In 2010 the co-Founders of Burbn, a check-in app for mobile phones built on HTML5, raised $500,00o in seed funding for a service that was designed for quick mobile sharing between users. The co-Founders had labored for over a year on their app but it was not gaining traction and they were unhappy with its functionality and performance. After a year of work, they started over from scratch. Well almost from scratch. They refocused the business and the new version of the app to focus exclusively on photos. Specifically the sharing of photos between users in a new kind of social network. The result? A little company called Instagram, which was acquired by Facebook 19 months later for around $1 billion.
This is a great example of a startup pivot. In his book, The Lean Startup: How Today’s Entrepreneurs Use Continuous Innovation to Create Radically Successful Businesses, Eric Riess defines the pivot as a “structured course correction designed to test a new fundamental hypothesis about the product, strategy, and engine of growth.”
Many small businesses launch based on a theory of how their product will interact in the market, who and who their customers are and where they will be found, and a revenue model that they believe will work. But at the end of the day a theory is just that and many startups find that they have been built and launched based on an idea that was flawed, often fatally so. The way out for many of these businesses is to evolve – sometimes gradually and sometimes radically. And the structure of business evolution is built on three pillars: hypothesize, experiment, adjust. The idea is to use the information and data you have gathered thus far, leverage the assets you have, develop a new theory about your product, your customer, and your market and get to work devising and launching a test or tests to determine whether your new theory holds water. The results of your testing will allow you to adjust the new theory, test again, or throw the entire thing out and come up with a brand new theory to test. This iterative cycle is at the heart of the lean approach to business and the pivot is one aspect of it.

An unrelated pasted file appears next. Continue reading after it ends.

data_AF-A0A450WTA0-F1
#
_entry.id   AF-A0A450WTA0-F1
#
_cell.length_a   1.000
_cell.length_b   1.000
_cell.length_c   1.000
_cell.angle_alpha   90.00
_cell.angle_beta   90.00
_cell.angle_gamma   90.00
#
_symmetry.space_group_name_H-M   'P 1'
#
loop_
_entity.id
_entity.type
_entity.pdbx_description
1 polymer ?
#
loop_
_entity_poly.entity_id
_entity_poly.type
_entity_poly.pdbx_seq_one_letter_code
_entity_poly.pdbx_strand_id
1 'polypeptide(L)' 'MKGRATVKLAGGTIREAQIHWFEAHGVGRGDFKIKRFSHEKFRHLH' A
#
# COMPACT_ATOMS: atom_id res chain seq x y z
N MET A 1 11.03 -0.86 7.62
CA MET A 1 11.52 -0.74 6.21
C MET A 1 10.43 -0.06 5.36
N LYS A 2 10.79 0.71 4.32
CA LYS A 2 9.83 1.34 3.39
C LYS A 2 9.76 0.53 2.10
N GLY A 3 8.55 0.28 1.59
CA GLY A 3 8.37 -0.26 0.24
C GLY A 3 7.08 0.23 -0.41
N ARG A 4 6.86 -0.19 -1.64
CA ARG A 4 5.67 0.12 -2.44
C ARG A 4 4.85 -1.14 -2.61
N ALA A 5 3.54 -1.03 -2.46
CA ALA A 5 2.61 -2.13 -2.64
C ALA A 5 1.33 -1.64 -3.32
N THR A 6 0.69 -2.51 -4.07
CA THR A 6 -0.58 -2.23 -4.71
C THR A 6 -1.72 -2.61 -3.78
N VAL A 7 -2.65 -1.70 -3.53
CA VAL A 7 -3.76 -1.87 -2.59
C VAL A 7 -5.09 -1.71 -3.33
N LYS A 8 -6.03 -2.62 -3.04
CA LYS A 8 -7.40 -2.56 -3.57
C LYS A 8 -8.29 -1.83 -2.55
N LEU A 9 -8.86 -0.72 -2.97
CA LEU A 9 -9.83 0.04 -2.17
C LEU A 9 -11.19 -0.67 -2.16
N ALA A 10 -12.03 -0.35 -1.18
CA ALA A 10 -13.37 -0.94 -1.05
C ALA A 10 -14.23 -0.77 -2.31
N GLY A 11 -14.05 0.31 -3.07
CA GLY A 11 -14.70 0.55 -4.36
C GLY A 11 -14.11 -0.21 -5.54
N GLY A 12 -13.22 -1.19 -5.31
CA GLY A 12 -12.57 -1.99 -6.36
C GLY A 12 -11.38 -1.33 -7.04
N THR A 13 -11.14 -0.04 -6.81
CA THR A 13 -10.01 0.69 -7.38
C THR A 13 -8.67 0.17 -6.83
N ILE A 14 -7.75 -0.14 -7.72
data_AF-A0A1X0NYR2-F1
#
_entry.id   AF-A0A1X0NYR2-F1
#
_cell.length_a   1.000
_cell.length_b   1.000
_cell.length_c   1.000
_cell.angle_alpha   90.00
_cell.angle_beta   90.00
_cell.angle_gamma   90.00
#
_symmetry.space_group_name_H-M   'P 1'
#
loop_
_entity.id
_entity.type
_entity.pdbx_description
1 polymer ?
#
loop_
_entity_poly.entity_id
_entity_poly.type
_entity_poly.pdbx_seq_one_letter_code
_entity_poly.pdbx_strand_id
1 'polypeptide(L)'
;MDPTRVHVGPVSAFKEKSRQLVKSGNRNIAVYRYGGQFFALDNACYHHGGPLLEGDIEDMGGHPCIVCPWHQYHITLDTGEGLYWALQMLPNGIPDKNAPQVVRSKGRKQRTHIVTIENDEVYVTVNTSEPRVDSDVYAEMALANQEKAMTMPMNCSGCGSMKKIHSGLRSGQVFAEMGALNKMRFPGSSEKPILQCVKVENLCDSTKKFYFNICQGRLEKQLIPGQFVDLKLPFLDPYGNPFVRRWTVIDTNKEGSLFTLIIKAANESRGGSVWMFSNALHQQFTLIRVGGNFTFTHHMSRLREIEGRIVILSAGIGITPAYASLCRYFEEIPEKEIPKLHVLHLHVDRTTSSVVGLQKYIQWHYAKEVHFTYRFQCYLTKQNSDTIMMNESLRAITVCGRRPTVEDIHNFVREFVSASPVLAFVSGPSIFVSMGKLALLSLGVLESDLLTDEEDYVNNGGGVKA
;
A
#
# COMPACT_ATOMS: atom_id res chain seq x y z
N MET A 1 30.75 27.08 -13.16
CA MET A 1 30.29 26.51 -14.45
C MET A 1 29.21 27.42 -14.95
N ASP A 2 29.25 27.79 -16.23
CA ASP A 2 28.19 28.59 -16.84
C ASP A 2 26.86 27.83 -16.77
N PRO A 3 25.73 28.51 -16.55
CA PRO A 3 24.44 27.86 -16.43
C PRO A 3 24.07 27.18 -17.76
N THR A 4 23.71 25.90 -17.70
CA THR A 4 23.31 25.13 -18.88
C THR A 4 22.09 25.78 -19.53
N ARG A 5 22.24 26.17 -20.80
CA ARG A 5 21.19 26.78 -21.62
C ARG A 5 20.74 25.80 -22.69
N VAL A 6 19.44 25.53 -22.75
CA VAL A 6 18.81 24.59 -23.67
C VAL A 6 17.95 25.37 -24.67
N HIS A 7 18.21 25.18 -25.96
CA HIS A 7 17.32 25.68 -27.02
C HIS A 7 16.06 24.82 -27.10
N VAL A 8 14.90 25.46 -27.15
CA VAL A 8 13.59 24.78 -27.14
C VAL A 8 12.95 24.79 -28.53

This is different from the incremental experimentation that we have written about in the past. The pivot is a ground-up, complete revamping of a business model. The pivot needs to occur when a founder or manager comes to the realization that, in spite of best intentions and efforts, the business is simply not working and will fail in the absence of a major change. But how does a manager decide whether it is time to pivot or time to persist? How does a manager know whether incremental change is the best strategy or if a wholesale remodeling is in order? The short answer may lie in a question: ask yourself if enough people like your business, use your product, invest in your idea, or agree to come work for you. If the answer to these questions is yes, then the incremental adjustment is probably the way forward. If the answer is no, then a full-on, unadulterated pivot may be the only move left.
If you have already tried all of the smaller things you can do to make adjustments (we changed how we do our pricing, we tweaked the product’s design, we tried different marketing strategies) and none have been successful in turning things around it may be time to look at the pivot. But a very basic and rational examination of your business may be needed to approach the question of whether it is time for drastic action. Bernard Moon recently described a clean approach in a recent guest post on VentureBeat. Moon lists four questions to ask about your company; if the answer to these questions is yes, it may be time to pivot: 1) Are you constantly educating your market? 2) Do your users like your product? 3) Are investors buying the idea? and 4) Are you trying to be everything to everybody?
Drawing: Wikimedia Commons
*And they may buy more from you.
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